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Katelynn Perrault

Associate Professor, Forensic Sciences and Chemistry, Laboratory of Forensic and Bioanalytical Chemistry, Chaminade University of Honolulu, USA

Predictions? One of the big shifts I think we will see over the next 5–10 years is a reduction in our reliance on helium in the world of gas chromatography. I’ve been having a lot of trouble sourcing helium and when it is available, the costs are increasing exponentially each year. I would love to see a shift to more sustainable approaches to gas chromatography, involving the use of different carrier gases that can be generated in the laboratory. There is already a large national funding focus on reducing and recovering helium in other instrumentation areas, e.g. NMR and FT-ICR, but I think we’ll see this translate to GC instruments really soon since we are significant consumers of this resource. Luckily, gas generators have come a long way and can provide reliable, clean, and high flow rates required to use them in chromatography. I am curious to see the distribution of gases being used by laboratories in the next five years and how this differs from what we see now. I personally don’t think I’ll ever purchase another GC instrument without the capability for hydrogen carrier gas use and a hydrogen generator!

Controversial opinion? Optimization is a really important tool in chemical analysis. But – one has to know when “good enough” is sufficient. Sometimes we have to sacrifice the use of fully optimal settings to make our lives easier and be more productive. That might sound like bad science, but it is really important in a lot of the work I do because we typically need to deal with batch analysis and high throughput data processing. We might choose to take a slightly less-than-optimal column selection to prevent downtime in changing hardware or to avoid issues brought on by retention time shifting after column changes. We may choose to limit our mass spectrometry mass range in an attempt to reduce data size for downstream batch processing. It is something we battle when going through peer review – but ultimately, what is best for a single project is not always best for long term instrument function or productivity. Sometimes we have to accept that “good enough” is actually synonymous with “fit for purpose,” a term that I tend to much prefer! I don’t think everyone will agree with me on this, and I know it can be a point of contention with reviewers of manuscripts when they are viewing a single study in isolation from the bigger picture of a large research platform.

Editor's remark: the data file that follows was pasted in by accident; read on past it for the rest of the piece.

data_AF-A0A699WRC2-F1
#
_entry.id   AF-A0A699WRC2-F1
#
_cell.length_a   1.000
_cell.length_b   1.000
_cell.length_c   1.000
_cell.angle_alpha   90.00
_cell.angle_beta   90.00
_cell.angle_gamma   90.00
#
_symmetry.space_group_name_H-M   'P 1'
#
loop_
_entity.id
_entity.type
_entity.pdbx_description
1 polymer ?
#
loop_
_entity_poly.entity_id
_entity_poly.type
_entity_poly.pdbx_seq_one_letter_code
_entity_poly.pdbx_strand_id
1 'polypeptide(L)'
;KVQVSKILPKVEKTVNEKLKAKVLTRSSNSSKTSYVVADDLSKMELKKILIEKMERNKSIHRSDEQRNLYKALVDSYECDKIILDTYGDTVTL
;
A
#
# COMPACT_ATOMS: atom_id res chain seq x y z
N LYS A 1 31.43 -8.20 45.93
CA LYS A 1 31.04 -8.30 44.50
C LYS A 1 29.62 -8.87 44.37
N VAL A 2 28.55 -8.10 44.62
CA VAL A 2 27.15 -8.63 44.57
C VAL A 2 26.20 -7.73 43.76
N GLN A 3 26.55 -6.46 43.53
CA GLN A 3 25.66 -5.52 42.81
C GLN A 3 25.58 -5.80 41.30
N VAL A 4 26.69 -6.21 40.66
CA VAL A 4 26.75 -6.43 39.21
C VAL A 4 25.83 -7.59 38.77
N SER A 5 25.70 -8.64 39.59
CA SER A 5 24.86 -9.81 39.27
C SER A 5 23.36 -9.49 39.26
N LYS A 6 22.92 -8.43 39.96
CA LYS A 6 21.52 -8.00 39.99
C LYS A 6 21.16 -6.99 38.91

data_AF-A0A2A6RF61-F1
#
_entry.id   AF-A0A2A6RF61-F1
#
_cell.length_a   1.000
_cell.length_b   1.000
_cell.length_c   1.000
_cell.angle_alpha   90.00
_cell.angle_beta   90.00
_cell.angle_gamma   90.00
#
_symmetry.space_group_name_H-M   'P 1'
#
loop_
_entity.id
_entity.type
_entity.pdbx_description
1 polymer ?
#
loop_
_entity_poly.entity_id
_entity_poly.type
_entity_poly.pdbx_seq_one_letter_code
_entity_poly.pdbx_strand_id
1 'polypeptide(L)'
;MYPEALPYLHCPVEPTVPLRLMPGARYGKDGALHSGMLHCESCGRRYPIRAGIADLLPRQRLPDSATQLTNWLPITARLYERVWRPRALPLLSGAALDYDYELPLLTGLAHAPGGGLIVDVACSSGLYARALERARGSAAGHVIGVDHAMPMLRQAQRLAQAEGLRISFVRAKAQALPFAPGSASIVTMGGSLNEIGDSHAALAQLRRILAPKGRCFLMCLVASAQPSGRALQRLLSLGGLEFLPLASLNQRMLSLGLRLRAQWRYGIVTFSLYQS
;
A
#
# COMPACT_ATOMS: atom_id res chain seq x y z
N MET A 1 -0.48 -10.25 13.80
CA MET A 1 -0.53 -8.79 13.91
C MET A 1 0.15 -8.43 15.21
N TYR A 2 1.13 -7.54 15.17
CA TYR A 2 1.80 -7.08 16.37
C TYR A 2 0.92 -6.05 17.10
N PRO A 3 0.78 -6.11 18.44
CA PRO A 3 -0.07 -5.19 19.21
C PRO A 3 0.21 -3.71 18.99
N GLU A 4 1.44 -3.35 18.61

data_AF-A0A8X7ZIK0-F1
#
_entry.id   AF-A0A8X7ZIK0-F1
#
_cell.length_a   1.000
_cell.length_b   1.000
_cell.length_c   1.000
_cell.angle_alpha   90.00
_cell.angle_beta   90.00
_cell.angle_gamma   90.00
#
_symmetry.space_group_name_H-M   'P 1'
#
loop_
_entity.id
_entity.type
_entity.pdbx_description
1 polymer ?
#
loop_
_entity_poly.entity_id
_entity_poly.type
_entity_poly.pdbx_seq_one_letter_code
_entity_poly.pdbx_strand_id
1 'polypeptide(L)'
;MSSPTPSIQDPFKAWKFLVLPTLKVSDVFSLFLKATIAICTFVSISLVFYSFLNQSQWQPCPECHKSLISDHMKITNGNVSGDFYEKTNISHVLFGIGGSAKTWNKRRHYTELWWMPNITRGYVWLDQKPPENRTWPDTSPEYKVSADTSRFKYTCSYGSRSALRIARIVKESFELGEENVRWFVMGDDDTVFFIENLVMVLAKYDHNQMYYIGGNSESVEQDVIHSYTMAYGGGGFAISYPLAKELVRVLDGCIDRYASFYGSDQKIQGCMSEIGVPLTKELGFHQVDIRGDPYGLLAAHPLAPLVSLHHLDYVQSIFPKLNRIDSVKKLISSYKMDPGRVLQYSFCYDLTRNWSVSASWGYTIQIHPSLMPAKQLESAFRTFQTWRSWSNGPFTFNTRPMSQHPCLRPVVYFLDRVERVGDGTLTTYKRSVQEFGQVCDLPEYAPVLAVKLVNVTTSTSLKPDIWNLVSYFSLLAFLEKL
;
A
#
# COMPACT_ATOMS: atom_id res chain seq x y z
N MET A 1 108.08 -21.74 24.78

Secret to success? I had a few amazing mentors who taught me several really important lessons. First, they taught me to work with a sense of urgency. This has served me well in my role since I feel that, as faculty, we are often pulled in so many directions at once. Learning to focus on which direction merits urgency has been extremely helpful in my career. Second, they taught me to always treat important things as if they are important. This has really helped me to manage team projects and interpersonal relationships in my career. Lastly, they taught me to always keep an open mind when it comes to connections. I still feel some of my best opportunities came about because of unintended effects of networking that resulted in something truly great down the road. I’ll add that I’m still actively listening for these “golden tidbits” of advice in my career – the things that help you step back and look at the bigger picture. I still feel like I’ll always be learning how to infuse efficiency and happiness into my work.

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